British car manufacturing output declined 37.6% in July, according to the Society of Motor Manufacturers and Traders, with just 53,438 units made last month.
The drop represented the worst July performance since 1956 as manufacturers were forced to deal with the global shortage of semiconductors, summer shutdowns and staff shortages due to the “pingdemic”.
Production for the UK market declined 38.7% to 8,233, while manufacturing for export also fell 37.4% to 45,205 vehicles shipped. Exports accounted for 84.6% of vehicles built in July.
Of all cars made last month, 26% were either battery-electric, plug in hybrid or hybrid electric – their highest share on record.
However, despite the July drop, overall year-to-date production remained 18.3% higher on Covid-19 hit 2020 levels at 552,361 units, but down 28.7% on 2019’s pre-pandemic figure of 774,760.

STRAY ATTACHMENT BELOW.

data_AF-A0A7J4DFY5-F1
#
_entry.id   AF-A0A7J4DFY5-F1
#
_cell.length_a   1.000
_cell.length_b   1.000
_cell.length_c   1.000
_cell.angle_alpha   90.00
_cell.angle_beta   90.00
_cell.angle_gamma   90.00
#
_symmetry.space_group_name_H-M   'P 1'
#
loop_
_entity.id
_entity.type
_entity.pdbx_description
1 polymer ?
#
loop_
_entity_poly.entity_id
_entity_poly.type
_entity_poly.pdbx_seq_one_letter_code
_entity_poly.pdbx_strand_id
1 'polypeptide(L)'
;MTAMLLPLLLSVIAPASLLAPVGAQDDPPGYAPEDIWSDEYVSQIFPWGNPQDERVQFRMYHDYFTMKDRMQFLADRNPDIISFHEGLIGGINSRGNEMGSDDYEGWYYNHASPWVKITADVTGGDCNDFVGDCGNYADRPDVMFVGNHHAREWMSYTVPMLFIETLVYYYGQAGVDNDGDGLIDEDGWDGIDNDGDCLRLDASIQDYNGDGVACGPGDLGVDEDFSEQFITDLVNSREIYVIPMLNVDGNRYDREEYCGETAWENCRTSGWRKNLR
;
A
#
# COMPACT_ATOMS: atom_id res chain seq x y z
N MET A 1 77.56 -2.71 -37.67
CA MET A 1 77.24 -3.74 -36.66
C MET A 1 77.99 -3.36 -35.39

SMMT chief executive Mike Hawes said: “These figures lay bare the extremely tough conditions UK car manufacturers continue to face. While the impact of the ‘pingdemic’ will lessen as self-isolation rules change, the worldwide shortage of semiconductors shows little sign of abating.
“The UK automotive industry is doing what it can to keep production lines going, testament to the adaptability of its workforce and manufacturing processes, but Government can help by continuing the supportive Covid measures currently in place and boosting our competitiveness with a reduction in energy levies and business rates for a sector that is strategically important in delivering net zero.”